Towards understanding the processing of indirect speech acts: Reconsidering the standard pragmatic model of processing
AuthorPolcar, Leah Elizabeth
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PublisherThe University of Arizona.
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AbstractThis investigation tests whether a stage-type model of the processing of indirect speech acts is a fully explanatory model. A stage model, like the Standard Pragmatic Model (SPM), proposes that listeners understand the meaning of an indirect speech act by first determining direct meaning and then checking this meaning against context for sufficiency. It is only when direct meaning is found not to fully capture context that a listener proceeds to understand the meaning of an indirect speech act. This sort of model has been heavily criticized in the extant theoretical and empirical research, though this investigation shows much of this criticism to be faulty and/or irrelevant to indirect speech act processing. Here, minor revision of the SPM is proposed through the introduction of Cdirect and C indirect meanings that makes the modified SPM sensitive to issues of conventionality. Two experiments test this modified model (the MSPM). Results of the first experiment showed that the MSPM is the most explanatory model in explaining the processing of non-conventional indirect speech acts. The second experiment was designed to replicate an earlier experiment by Shapiro and Murphy (1993) and to investigate the influence of conventionality on the processing of indirect speech acts. The results of the conventionality analysis allow no clear conclusions about how conventional indirect speech acts are processed, but do call the results of the Shapiro and Murphy (1993) investigation into question. Additionally, some indirect proof is found that shows that conventionality influences the processing of indirect speech acts by making judgments of direct meaning difficult when conventional cues are present. Implications of these results are discussed and overall, the MSPM is found to be the best model for describing indirect speech act processing.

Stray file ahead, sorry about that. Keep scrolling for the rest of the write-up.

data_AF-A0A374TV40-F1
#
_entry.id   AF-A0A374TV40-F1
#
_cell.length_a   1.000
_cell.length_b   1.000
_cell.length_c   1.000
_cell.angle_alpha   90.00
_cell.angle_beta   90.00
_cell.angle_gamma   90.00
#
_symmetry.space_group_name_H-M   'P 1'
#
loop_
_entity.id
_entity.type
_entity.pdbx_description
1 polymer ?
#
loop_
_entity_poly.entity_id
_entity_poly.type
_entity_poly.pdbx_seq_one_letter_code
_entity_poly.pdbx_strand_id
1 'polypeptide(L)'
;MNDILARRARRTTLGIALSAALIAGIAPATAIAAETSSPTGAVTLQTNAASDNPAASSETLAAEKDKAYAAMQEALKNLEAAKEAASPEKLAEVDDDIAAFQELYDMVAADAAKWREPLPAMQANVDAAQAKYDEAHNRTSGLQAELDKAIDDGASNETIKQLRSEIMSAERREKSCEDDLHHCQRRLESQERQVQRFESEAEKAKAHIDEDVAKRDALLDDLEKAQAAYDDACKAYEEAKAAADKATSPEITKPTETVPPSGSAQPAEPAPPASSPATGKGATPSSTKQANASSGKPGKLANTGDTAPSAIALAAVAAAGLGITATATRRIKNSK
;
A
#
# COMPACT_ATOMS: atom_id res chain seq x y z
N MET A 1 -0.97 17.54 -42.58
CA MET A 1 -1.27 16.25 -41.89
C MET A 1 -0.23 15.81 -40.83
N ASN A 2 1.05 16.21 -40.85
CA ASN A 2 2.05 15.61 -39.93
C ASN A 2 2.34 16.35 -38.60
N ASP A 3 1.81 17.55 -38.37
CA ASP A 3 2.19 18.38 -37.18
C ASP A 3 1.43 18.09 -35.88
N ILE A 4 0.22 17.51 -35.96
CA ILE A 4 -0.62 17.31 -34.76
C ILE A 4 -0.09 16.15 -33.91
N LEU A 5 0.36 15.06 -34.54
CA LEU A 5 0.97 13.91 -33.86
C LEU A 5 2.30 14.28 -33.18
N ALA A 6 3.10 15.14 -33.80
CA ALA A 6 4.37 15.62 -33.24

Degree ProgramGraduate College